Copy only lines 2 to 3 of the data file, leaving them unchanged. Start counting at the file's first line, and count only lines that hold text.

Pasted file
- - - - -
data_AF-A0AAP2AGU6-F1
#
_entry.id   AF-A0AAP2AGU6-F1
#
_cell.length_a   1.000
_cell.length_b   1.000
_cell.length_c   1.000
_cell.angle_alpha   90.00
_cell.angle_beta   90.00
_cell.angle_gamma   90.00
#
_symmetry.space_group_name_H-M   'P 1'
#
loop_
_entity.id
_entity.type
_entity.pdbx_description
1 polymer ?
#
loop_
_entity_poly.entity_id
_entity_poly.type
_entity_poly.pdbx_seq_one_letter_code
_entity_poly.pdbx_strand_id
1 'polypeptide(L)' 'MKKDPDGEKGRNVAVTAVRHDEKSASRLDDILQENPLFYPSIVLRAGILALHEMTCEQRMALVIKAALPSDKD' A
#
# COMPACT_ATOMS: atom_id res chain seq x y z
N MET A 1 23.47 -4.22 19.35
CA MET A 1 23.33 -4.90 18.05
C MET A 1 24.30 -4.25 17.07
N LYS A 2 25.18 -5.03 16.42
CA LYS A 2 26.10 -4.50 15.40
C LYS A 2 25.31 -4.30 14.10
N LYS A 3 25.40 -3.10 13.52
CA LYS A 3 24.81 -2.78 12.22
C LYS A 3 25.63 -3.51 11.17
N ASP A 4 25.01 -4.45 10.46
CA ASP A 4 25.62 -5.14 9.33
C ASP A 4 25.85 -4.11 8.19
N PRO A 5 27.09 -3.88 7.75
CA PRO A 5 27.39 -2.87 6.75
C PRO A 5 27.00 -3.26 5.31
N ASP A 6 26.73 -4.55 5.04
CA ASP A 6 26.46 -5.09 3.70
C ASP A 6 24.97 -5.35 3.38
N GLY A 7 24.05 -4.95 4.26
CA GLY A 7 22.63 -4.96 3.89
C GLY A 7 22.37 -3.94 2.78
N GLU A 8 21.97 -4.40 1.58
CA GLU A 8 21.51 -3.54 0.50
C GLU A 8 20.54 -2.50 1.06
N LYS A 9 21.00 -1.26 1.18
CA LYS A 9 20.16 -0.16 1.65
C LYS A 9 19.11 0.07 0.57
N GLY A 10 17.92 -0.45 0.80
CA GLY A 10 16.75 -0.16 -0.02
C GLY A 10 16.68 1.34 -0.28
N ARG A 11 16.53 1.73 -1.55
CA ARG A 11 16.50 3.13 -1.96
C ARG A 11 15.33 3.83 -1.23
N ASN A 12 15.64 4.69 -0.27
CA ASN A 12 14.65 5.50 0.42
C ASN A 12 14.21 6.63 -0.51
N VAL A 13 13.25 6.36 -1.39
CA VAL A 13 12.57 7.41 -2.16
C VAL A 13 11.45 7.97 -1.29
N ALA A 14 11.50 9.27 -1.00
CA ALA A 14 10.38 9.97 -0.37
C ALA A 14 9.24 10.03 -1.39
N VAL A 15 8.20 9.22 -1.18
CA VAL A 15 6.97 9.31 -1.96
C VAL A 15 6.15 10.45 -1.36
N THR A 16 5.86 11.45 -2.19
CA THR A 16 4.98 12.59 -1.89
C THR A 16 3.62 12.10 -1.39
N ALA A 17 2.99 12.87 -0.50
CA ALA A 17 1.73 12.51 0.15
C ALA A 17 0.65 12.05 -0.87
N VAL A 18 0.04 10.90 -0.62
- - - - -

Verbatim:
#
_entry.id   AF-A0AAP2AGU6-F1